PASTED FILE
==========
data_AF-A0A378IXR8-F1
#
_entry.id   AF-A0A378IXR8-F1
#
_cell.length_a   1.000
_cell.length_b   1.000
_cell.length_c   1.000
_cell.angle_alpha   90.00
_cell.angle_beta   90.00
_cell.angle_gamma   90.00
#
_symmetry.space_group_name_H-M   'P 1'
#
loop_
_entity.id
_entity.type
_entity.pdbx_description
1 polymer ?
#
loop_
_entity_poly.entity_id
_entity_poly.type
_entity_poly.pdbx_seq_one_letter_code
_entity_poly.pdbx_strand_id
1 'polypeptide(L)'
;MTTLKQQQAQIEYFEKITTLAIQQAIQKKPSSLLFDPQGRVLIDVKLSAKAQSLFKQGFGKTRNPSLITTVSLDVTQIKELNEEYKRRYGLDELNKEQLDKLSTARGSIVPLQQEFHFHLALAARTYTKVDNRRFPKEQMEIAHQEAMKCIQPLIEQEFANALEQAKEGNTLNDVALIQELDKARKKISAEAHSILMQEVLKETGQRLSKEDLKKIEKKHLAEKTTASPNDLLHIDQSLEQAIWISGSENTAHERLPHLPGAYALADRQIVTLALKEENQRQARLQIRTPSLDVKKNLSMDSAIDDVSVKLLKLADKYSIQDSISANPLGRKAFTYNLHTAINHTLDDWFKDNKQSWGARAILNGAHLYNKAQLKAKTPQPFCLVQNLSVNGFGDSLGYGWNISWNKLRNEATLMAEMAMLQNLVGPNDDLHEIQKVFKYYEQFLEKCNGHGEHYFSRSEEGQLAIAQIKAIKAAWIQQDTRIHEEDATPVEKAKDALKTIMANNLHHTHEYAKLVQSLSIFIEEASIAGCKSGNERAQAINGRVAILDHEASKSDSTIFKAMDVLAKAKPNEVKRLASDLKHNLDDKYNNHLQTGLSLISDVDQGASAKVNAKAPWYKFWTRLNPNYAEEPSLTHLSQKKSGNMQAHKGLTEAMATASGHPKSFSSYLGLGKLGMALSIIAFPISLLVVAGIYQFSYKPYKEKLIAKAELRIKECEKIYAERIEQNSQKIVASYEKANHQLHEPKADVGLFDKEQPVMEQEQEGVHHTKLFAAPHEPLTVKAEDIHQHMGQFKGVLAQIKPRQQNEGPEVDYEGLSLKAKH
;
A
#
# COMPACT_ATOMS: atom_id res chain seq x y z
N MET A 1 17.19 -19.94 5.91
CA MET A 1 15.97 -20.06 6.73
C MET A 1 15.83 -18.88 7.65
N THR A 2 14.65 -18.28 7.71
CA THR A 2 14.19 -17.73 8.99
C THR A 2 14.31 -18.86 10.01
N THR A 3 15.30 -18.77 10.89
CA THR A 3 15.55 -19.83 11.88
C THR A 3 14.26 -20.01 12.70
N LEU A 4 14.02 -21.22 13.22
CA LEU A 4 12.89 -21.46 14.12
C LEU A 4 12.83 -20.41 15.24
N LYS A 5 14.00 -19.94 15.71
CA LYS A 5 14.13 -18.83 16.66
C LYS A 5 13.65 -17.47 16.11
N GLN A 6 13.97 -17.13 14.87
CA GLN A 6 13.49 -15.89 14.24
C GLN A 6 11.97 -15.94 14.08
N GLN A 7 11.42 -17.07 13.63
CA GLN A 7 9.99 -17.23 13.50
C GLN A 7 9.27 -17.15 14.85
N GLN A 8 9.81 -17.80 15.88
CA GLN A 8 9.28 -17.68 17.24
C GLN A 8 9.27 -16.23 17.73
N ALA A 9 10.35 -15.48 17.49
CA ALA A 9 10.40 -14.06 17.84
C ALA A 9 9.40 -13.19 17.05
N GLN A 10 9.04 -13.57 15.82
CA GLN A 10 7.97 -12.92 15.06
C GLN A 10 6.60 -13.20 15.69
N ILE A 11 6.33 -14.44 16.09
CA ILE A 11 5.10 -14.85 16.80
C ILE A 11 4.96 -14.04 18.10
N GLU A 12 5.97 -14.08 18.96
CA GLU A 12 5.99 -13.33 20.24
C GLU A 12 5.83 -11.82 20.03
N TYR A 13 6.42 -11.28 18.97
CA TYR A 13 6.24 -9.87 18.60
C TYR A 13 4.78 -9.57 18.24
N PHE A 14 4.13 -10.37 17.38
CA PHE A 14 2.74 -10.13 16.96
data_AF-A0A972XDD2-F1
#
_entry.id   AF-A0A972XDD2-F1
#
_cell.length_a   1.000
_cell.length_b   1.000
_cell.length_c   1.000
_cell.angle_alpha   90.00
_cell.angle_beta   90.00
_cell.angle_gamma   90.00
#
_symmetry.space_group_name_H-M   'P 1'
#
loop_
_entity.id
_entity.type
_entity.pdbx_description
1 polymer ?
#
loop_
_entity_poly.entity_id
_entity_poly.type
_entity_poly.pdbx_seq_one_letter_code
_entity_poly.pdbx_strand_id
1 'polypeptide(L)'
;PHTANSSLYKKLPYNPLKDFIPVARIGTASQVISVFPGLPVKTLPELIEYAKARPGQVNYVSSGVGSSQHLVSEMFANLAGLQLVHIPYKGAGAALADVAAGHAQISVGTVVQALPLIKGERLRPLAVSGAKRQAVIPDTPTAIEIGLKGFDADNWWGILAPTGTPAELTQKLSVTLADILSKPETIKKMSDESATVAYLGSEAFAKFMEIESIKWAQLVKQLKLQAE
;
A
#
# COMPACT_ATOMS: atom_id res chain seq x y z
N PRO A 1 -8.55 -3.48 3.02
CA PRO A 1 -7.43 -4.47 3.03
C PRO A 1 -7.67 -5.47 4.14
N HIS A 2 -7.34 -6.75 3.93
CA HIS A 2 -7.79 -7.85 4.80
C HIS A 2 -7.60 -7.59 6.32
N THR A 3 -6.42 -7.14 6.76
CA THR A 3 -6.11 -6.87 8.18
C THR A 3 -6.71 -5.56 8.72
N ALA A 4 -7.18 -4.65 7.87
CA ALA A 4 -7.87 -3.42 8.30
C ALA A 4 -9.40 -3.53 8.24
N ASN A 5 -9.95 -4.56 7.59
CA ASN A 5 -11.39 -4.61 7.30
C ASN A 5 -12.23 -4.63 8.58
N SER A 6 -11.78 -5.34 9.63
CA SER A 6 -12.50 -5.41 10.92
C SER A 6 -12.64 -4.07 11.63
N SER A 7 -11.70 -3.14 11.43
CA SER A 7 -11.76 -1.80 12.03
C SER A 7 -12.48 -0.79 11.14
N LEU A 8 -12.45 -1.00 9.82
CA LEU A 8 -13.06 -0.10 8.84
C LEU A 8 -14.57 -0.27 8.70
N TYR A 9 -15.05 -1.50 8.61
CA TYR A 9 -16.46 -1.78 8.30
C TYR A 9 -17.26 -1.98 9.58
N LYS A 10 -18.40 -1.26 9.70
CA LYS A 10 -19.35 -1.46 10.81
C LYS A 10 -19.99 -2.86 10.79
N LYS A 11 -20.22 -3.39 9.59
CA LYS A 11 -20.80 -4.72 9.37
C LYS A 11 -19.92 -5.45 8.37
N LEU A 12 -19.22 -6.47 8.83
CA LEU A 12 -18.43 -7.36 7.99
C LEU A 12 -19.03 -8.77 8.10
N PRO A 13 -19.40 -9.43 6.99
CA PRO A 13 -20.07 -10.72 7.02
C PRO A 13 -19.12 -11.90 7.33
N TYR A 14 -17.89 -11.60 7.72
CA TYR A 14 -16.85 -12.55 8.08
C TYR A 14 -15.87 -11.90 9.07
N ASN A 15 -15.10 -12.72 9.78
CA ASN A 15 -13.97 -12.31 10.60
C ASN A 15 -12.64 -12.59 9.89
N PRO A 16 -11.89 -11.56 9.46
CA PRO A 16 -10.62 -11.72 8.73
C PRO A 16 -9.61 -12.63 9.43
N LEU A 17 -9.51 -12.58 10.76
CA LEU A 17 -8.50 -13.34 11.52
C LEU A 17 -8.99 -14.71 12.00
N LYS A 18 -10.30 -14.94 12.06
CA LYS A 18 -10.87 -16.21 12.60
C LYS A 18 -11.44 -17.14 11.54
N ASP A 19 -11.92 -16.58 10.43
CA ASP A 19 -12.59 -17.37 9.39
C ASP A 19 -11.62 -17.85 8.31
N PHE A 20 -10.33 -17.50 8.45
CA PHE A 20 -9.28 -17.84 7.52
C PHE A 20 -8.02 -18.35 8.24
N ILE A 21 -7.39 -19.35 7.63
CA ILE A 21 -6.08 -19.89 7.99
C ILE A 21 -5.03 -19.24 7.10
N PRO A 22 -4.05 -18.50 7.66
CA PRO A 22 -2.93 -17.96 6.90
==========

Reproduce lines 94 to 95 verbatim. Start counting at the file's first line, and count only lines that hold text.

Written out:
_entity_poly.pdbx_seq_one_letter_code
_entity_poly.pdbx_strand_id